Spouses with minor children must decide how to split the responsibilities concerning the child, e.g., where the child will live after divorce and who will pay child support. The parents may develop a joint parenting plan and give it to the judge for approval or go to mediation and discuss the terms before the hearing.

South Dakota family law offers the following types of custody:

  • Joint legal custody. This type allows both parents equal rights in making important decisions about the child’s health, education, etc.
  • Sole legal custody. Only the primary custodian can decide what will be best for the child.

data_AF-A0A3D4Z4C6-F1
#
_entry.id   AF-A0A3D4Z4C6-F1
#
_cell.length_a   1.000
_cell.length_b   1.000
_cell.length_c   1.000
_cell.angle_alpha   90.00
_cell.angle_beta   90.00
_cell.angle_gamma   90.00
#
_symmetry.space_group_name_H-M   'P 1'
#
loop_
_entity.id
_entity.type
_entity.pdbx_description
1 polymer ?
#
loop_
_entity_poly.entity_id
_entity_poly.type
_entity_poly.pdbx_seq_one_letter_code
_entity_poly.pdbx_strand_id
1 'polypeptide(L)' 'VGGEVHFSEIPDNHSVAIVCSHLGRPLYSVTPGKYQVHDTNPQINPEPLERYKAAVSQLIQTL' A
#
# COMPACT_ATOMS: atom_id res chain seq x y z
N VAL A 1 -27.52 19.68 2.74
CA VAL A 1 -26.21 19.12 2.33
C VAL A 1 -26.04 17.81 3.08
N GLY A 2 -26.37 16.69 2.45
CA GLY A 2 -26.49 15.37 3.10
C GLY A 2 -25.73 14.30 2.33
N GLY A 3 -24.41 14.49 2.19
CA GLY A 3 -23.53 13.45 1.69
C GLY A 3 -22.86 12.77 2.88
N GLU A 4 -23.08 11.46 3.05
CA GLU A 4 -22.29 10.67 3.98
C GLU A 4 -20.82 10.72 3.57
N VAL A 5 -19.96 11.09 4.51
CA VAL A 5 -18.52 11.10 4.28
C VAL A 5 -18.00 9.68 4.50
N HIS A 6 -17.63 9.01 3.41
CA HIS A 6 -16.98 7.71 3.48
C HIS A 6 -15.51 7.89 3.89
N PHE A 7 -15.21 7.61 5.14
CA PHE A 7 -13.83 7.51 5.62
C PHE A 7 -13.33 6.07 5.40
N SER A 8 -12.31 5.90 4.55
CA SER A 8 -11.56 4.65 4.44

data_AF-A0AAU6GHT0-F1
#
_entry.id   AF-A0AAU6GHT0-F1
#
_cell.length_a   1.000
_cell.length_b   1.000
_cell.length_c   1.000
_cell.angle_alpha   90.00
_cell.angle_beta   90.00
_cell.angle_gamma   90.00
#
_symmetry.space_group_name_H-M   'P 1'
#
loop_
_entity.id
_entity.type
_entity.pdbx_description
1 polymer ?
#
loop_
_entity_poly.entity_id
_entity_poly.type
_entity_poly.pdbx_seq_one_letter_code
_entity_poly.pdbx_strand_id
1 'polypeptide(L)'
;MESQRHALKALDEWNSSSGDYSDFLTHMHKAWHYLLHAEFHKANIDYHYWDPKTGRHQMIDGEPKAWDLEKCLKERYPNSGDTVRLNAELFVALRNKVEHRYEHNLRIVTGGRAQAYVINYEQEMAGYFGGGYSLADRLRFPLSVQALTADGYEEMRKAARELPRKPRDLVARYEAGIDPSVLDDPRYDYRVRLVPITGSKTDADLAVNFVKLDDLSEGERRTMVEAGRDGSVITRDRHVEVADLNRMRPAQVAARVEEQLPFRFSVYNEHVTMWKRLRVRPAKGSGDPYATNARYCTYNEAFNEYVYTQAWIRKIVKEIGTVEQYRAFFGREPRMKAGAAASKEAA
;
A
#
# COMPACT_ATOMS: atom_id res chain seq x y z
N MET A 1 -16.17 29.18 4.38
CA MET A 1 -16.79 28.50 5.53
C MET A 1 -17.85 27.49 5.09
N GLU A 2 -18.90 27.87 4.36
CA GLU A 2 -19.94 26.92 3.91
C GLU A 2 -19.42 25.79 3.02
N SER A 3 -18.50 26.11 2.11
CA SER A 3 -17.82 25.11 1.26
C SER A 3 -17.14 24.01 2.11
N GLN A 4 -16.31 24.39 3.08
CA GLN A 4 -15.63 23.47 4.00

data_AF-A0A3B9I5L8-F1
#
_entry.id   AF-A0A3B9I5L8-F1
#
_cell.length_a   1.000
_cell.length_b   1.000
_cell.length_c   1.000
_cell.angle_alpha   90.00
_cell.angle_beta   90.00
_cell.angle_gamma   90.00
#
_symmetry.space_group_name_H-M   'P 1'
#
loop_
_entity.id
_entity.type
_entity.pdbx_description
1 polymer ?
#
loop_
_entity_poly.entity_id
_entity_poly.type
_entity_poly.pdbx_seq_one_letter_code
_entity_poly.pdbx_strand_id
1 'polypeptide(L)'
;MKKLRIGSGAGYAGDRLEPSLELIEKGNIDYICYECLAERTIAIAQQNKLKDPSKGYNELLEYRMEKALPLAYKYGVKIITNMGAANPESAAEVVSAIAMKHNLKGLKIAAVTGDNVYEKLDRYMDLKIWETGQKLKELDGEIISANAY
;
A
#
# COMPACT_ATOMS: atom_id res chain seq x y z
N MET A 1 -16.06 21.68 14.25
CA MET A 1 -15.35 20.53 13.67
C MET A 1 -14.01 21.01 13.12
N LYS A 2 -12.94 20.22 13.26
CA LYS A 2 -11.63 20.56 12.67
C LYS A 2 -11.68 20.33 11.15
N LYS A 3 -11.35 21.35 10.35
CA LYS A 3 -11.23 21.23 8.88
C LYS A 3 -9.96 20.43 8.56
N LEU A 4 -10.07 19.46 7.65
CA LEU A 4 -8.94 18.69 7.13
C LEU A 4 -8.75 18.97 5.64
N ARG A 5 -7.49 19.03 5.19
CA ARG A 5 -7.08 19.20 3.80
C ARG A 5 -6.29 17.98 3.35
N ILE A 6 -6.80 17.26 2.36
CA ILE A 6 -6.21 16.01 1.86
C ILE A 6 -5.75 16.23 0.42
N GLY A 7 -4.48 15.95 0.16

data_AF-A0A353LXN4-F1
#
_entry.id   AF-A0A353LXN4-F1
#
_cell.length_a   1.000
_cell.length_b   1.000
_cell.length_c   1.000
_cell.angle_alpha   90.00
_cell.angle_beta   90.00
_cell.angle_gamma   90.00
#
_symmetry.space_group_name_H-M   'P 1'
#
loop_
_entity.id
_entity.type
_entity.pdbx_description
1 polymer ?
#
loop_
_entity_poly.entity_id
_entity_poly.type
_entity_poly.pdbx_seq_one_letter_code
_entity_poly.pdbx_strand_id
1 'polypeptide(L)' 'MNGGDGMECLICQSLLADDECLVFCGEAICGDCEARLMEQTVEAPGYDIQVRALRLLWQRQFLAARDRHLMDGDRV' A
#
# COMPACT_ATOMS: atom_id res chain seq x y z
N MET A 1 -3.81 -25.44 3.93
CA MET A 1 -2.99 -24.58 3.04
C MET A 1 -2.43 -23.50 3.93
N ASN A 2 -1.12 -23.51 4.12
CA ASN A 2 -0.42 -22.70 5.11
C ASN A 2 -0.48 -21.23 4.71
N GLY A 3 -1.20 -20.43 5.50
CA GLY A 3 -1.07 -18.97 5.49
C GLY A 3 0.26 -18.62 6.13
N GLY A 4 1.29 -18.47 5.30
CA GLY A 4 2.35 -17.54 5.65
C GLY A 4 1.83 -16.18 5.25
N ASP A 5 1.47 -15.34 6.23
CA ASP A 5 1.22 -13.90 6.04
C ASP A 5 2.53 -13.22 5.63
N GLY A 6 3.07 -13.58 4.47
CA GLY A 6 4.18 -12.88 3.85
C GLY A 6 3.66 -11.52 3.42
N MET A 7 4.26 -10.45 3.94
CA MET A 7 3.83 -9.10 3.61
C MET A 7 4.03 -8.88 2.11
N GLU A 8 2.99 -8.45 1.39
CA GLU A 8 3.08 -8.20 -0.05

• Joint physical custody. The child has frequent contact and communication with both parents and resides in each parent’s home for approximately 180 days.
  • Sole physical custody. The child lives with one parent permanently and meets the other during visitation.

If they can’t agree on custody, the judge will decide these issues at the hearing by considering the following factors:

  • each parent’s fitness to be a physical and legal custodian;
  • the child’s physical and emotional needs;
  • each parent’s willingness to let the child have frequent contact with the other parent;
  • the child’s relationship with the parents, siblings, and other people living in a child’s potential permanent residency;
  • the history of domestic violence and emotional abuse, etc.
Child Support

Child Support